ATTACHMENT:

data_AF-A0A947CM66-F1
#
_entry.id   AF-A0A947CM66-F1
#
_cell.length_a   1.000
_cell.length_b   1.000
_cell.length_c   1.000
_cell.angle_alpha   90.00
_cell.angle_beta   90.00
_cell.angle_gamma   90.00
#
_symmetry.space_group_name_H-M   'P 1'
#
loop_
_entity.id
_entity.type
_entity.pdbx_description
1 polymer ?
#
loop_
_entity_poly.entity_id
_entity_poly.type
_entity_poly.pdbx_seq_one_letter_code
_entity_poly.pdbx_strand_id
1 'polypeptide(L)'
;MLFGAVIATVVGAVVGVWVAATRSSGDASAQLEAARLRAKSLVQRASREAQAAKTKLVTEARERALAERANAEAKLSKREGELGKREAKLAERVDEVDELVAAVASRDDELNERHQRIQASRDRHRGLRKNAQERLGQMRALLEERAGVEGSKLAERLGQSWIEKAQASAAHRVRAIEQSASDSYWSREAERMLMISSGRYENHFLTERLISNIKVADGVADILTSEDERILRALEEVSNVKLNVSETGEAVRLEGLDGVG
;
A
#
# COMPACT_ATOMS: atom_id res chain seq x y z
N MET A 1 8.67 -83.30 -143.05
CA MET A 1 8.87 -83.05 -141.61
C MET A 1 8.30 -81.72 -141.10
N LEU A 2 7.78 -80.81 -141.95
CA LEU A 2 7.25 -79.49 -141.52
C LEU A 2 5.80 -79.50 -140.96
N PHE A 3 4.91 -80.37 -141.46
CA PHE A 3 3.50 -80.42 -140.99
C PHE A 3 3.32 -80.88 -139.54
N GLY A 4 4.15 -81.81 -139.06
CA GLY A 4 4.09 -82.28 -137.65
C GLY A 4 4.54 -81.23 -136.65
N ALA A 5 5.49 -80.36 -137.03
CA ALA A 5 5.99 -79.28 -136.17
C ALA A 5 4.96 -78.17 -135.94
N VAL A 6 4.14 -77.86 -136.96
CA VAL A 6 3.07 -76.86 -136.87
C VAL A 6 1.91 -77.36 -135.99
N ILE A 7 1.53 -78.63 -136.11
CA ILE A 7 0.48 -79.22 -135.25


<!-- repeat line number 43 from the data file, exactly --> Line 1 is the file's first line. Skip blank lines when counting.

N ALA A 5 5.49 -80.36 -137.03